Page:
Chinese investors still searching for U.S. welcome mat

By Sheridan Prasso, contributing editor

FORTUNE -- Chinese companies have created more than 10,000 American jobs in 35 states as they seek to go global and expand into the U.S. market -- investing more than $5 billion here in 2010 alone.

But the unfortunate perception that Chinese investments are unwelcome in the U.S. for political reasons risks deterring further investment, turning away the opportunity for further capital inflows and job-creation, according to a study released Wednesday by the Asia Society in New York and the Woodrow Wilson Center for International Scholars in Washington.


It's all part of political tit-for-tat in Washington, where some lawmakers are seeking to hit back at China in response to reports of negative treatment of U.S. investors in that market -- or simply to take advantage of anti-China sentiment among an electorate that's angry over job losses during the economic downturn. The irony, of course, is that with national unemployment still nearly 9%, jobs are badly needed in the U.S., no matter who is doing the creating.

"Political interference and fear-mongering threaten to divert legitimate and potentially beneficial investment deals," the report says. "If political interference is not tempered, some of the benefits of Chinese investment -- such as job creation, consumer welfare, and even contributions to U.S. infrastructure renewal -- risk being diverted to U.S. competitors."

In other words, why set up shop in a hostile United States when it's easier to take advantage of North American Free Trade Agreement (NAFTA) provisions and head to Juarez, Mexico instead of Texas, or Ontario, Canada instead of Michigan, and simply export to the U.S. market instead?

For a number of reasons (see "American Made...Chinese Owned," Chinese companies want to be closer to U.S. consumers to figure out their desires and interests. They also want to take advantage of the fact that the recession has made the U.S. a cheap manufacturing destination compared to coastal Guangdong province and Shanghai. And in some cases -- such as the construction of a plant to make seamless pipe for the oil-drilling industry, which Tianjin Pipe Group of China is currently building in Corpus Christi, Texas -- it makes sense to evade 99% tariffs on imported steel. That plant will ultimately create 600 jobs, though its completion has been delayed by a year until 2013.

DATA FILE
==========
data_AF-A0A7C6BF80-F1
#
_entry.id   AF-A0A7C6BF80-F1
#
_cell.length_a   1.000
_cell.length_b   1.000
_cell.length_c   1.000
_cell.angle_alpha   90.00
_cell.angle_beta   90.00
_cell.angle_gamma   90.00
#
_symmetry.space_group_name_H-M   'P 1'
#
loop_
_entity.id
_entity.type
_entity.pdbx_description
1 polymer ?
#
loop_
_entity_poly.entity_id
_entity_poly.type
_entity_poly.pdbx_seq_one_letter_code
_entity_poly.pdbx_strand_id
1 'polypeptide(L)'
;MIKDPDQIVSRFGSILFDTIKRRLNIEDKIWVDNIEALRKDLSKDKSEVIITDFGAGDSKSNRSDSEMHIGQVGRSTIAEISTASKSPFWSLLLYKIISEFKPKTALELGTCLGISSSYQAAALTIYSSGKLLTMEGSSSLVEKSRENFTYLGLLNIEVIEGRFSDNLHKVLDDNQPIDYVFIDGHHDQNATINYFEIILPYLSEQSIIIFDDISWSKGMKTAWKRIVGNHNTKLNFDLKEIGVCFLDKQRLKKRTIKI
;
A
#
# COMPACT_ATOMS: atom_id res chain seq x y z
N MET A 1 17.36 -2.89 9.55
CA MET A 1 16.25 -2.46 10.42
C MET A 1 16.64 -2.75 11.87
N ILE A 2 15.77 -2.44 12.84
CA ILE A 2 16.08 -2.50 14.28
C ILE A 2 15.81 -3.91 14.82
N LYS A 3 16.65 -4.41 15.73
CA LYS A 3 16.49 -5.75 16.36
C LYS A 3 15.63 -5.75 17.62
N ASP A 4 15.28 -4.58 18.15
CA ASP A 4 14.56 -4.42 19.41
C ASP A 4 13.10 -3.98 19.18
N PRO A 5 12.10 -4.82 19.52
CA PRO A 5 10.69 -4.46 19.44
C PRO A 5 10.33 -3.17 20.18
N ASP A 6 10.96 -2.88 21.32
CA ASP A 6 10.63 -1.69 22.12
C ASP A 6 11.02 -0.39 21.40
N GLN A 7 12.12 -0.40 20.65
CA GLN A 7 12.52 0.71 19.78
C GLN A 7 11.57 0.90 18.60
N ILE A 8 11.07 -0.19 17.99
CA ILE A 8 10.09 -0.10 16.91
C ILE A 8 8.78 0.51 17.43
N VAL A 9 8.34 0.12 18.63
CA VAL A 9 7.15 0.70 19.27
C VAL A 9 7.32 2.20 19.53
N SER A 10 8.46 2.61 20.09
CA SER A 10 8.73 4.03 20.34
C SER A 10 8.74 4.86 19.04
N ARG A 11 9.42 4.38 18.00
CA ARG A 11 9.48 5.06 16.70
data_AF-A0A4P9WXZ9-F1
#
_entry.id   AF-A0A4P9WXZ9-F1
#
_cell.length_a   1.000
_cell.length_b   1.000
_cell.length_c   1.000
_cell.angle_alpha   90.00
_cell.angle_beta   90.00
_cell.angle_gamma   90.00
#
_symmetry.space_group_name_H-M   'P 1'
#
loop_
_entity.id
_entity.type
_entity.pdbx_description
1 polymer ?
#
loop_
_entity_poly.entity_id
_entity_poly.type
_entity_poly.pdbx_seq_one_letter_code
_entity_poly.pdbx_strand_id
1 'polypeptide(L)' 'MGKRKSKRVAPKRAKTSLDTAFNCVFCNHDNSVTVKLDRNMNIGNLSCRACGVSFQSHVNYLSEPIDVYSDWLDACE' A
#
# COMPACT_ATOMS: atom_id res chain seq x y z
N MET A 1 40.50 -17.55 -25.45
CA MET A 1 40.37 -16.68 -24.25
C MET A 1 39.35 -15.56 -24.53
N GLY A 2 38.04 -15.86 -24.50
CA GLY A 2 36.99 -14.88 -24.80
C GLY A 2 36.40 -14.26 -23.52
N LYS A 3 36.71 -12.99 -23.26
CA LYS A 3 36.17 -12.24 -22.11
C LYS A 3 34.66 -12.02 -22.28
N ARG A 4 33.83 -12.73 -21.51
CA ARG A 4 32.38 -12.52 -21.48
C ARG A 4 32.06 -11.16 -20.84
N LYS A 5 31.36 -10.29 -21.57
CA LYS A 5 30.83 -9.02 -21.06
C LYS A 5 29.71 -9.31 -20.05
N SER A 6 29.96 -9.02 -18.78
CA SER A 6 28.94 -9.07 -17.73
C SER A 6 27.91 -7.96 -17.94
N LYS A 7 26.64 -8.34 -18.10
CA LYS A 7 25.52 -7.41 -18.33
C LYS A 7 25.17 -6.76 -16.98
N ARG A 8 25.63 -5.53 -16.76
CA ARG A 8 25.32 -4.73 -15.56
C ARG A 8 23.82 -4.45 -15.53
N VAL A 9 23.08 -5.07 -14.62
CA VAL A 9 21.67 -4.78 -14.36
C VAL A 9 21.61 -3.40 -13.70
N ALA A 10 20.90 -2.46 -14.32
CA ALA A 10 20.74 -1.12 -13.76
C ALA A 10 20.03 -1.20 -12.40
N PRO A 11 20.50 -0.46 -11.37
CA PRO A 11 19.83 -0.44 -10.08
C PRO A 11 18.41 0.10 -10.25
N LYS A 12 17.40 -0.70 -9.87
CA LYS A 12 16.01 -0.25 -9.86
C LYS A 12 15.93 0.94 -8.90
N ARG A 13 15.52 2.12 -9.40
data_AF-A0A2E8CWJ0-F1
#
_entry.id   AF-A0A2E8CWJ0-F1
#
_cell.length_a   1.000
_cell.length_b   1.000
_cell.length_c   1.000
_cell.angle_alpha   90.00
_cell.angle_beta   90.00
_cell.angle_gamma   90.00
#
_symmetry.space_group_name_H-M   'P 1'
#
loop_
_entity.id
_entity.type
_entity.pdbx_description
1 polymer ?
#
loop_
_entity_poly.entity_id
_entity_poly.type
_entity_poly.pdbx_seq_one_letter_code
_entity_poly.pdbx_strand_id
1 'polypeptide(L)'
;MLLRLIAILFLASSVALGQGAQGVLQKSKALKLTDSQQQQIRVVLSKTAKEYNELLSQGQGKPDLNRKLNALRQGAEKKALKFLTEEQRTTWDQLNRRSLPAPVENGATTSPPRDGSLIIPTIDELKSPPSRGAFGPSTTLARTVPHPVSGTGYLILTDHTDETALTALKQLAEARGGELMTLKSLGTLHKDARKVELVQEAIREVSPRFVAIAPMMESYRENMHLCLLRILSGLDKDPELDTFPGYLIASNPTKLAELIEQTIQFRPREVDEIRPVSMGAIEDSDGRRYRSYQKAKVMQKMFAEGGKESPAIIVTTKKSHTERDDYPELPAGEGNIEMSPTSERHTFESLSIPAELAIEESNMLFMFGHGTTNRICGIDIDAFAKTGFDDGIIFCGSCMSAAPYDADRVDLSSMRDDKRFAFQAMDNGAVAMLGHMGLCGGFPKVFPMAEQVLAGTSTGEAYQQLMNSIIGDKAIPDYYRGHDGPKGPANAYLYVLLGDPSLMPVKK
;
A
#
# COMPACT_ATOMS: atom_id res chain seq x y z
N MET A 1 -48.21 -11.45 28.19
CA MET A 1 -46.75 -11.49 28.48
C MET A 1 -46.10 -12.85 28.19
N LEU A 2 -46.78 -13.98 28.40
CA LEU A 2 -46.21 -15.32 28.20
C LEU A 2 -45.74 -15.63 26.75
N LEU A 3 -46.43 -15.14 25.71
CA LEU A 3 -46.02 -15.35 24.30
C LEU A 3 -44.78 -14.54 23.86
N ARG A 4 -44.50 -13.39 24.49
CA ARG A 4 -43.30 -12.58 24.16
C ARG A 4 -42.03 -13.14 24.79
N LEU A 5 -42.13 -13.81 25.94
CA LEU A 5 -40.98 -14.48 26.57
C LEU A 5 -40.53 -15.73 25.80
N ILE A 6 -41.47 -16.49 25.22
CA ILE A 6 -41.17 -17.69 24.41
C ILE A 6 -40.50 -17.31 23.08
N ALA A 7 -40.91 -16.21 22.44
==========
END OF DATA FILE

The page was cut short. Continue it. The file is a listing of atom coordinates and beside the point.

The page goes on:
While most deals pass without scrutiny, regulators have acted twice to prevent the Chinese telecoms equipment manufacturer Huawei from purchasing U.S. companies. The latest move came in February of this year, when Huawei was forced to retroactively give up its purchase of a defunct Californian cloud computing company it had bought last year. Huawei says it did not think the technology it acquired from the company was so sensitive as to require regulatory approval, since it was not covered under U.S. technology export restrictions. U.S. lawmakers have also launched letter-writing campaigns against attempts by Huawei to sell its equipment to U.S. telcos, namely Sprint Nextel (S, Fortune 500) and U.S. Cellular.

Such moves have a chilling effect, the Asia Society report says. "Though the legally mandated screening organ for national security risks, the Committee on Foreign Investment in the United States (CFIUS), generally has operated in a fair manner, bad publicity stirred up by the threat of congressional interference is having a chilling effect on Chinese readiness to invest in the United States by sending confusing and unclear messages," it reads. "Chinese investors, though attracted by the United States' wealthy consumer base, skilled labor, sound regulatory environment, and impressive technology and knowhow, are confused and cynical about the relationship between policy and politics."

The report recommends that U.S. lawmakers send a clear, bipartisan message that Chinese investment is welcome here. It also recommends that Washington take more active measures to lure investment from China, rather than just relying on the 33 states and municipalities which currently maintain offices in China to seek investors on a piecemeal basis. Otherwise, we'll be waving those Chinese investment dollars, and the American jobs that could come along with it, goodbye.

Sheridan Prasso is a long-time contributing editor at Fortune and an associate fellow at the Asia Society. To top of page

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